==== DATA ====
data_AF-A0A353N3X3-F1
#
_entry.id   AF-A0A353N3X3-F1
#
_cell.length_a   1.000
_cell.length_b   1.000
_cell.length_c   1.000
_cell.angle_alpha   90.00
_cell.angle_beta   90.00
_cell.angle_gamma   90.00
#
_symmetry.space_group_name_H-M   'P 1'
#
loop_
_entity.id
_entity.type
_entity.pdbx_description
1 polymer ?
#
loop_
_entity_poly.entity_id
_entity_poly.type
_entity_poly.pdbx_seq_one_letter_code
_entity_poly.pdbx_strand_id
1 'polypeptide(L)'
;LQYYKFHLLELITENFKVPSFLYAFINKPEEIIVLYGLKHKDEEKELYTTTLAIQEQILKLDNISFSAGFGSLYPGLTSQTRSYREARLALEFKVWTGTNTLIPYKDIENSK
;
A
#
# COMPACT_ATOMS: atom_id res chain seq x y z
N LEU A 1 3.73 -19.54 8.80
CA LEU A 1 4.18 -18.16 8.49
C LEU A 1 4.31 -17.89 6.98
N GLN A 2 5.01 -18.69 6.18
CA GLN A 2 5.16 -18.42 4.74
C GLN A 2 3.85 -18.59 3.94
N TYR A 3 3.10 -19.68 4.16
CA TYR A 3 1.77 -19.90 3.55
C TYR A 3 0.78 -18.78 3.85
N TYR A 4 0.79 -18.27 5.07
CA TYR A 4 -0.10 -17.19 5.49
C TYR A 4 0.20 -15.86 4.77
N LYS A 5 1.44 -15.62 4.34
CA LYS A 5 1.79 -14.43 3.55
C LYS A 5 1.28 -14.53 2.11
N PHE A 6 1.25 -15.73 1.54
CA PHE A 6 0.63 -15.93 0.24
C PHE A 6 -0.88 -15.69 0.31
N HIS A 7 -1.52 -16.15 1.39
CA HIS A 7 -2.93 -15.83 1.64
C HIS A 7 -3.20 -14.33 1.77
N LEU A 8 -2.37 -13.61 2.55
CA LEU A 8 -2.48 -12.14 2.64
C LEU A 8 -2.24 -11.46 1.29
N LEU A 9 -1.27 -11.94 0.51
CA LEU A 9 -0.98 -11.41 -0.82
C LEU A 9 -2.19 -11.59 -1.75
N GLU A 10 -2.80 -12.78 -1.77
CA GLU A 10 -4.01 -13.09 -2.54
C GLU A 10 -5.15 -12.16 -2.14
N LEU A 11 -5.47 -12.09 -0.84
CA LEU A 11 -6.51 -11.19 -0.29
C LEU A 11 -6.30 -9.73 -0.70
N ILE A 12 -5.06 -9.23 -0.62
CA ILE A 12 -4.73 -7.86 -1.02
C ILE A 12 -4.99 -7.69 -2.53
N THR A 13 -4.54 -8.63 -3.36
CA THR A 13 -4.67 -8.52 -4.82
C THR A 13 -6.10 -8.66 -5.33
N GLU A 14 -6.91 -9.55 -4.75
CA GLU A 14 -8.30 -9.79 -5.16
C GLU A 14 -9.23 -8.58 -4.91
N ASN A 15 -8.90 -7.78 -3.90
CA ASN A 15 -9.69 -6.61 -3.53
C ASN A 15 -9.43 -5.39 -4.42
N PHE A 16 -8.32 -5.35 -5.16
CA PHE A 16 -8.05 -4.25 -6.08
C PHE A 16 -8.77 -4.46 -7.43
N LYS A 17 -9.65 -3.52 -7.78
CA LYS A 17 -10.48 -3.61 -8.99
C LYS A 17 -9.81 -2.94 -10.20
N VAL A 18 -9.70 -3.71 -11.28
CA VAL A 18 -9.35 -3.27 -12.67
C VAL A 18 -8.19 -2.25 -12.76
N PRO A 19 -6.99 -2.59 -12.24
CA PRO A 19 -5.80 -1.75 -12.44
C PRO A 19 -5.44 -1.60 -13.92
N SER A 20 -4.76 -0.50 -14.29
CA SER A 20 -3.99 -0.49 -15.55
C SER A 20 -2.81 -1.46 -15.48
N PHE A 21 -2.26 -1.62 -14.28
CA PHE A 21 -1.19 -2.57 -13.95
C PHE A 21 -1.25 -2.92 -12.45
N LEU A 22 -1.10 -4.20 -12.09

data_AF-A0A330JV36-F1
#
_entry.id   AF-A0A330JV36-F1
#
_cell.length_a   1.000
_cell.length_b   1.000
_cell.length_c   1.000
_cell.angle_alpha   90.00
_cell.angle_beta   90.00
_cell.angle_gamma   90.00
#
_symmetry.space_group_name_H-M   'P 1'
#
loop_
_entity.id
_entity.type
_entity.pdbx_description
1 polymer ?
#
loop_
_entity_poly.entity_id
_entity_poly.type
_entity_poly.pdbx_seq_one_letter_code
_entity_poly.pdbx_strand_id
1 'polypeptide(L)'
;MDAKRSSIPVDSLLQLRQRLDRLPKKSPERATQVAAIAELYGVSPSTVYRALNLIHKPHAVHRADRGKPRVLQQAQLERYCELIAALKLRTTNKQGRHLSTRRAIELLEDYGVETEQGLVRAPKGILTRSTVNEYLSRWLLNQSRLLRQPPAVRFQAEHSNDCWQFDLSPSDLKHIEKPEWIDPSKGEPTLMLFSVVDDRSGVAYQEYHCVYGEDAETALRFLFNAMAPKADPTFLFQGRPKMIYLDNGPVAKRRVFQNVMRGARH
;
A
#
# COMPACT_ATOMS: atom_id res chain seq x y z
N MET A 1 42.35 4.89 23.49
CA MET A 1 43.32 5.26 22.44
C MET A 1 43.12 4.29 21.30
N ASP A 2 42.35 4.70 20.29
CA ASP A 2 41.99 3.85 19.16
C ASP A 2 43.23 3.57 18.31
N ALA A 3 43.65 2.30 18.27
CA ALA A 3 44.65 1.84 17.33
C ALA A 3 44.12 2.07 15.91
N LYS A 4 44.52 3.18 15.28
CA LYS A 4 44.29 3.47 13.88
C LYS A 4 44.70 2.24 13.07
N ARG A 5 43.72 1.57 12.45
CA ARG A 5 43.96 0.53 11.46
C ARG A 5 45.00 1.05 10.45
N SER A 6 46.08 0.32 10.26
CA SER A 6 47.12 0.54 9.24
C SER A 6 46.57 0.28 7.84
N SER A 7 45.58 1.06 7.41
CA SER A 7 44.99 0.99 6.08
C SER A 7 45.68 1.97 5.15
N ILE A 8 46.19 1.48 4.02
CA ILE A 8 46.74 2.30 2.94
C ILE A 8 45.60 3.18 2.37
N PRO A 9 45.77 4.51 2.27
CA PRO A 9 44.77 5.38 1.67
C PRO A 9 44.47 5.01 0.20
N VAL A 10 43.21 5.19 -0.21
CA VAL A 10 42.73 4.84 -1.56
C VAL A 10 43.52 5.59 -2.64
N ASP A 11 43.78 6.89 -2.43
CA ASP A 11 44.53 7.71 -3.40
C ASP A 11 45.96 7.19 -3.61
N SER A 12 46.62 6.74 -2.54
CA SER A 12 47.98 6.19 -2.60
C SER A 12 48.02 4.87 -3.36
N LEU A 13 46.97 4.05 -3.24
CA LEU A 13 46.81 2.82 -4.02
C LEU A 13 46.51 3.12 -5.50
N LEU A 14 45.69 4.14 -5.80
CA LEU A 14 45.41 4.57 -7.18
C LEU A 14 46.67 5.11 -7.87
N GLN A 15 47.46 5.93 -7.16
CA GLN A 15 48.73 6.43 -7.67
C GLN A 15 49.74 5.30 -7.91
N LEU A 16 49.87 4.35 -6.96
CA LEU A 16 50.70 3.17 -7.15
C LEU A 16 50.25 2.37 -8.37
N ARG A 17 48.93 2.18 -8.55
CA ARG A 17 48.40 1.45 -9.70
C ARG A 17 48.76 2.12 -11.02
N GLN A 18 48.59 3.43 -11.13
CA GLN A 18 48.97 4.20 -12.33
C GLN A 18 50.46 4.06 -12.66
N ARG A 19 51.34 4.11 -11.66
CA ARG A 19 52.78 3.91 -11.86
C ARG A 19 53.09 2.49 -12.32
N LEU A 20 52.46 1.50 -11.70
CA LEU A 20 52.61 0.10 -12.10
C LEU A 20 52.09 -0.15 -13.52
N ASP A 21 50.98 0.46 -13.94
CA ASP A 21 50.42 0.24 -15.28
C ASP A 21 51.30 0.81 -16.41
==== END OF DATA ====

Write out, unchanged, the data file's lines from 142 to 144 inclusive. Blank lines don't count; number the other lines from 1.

C SER A 6 46.57 0.28 7.84
N SER A 7 45.58 1.06 7.41
CA SER A 7 44.99 0.99 6.08